Predictive equation to estimate post-mortem interval using spectrophotometric blood-colour values

Yosuke Usumoto, Keiko Kudo, Akiko Tsuji, Yoko Ihama, Noriaki Ikeda

Research output: Contribution to journalArticlepeer-review

1 Citation (Scopus)


Forensic pathologists use post-mortem phenomena to estimate the post-mortem interval (PMI). We have reported on the usefulness of post-mortem lividity spectrophotometric values to estimate PMIs. Here, we focused on blood colour, looking for associations between blood colour, age and PMI. We generated predictive equations for blood-colour values and the PMI. We included data from a total of 129 cadavers (84 males and 45 females). We measured the colour of 124 left ventricular blood (L*l, a*l, b*l), 123 right ventricular blood (L*r, a*r, b*r) and 57 femoral blood (L*f, a*f, b*f) samples. We found no significant associations between blood colour and age or between blood colour and the PMI, but the values of a*l, b*l, a*r and b*r were significantly increased with increased age, and those of L*f, a*f and b*f were significantly decreased with increased PMI. We created equations to estimate blood colour. The equations for femoral blood colour had higher adjusted R2 values and lower root mean square error values than those for left and right ventricular blood colours. We generated equations to estimate PMIs using blood-colour values and autopsy findings. Our estimated PMIs up to 67 hours had accuracies within 8.84 hours, without measuring post-mortem lividity colour or considering the age of the deceased. This is the first study to estimate PMIs based on blood-colour spectrophotometric values.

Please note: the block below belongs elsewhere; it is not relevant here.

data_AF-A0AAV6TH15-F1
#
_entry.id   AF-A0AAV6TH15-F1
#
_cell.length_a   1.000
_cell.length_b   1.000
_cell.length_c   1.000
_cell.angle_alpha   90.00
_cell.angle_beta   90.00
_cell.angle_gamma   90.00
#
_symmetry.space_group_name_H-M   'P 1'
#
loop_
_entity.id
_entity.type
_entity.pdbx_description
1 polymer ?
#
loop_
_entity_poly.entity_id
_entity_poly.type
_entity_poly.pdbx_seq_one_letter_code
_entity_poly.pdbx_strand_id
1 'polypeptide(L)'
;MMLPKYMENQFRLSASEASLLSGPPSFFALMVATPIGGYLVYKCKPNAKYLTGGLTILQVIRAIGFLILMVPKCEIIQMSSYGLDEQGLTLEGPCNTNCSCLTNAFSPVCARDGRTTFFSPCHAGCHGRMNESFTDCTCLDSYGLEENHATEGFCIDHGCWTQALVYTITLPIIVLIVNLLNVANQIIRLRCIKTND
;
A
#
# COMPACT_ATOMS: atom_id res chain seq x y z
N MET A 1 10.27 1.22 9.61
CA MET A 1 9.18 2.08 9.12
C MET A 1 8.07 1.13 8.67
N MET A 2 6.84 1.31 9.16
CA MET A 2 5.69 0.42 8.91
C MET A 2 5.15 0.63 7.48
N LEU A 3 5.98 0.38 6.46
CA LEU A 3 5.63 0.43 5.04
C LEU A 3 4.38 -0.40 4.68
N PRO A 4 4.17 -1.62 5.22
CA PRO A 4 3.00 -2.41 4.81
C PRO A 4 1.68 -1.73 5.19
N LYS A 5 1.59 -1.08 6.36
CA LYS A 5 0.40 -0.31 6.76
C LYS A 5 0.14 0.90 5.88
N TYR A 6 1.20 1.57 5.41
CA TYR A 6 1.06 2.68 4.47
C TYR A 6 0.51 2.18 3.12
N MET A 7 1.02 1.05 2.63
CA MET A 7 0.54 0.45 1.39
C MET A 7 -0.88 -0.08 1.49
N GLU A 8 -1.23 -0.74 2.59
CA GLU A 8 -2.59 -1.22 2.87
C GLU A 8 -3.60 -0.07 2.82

Original languageEnglish
Pages (from-to)36-41
Number of pages6
JournalMedicine, Science and the Law
Issue number1
Publication statusPublished - Jan 1 2019

All Science Journal Classification (ASJC) codes

  • Issues, ethics and legal aspects
  • Health Policy
  • Law


Dive into the research topics of 'Predictive equation to estimate post-mortem interval using spectrophotometric blood-colour values'. Together they form a unique fingerprint.

Cite this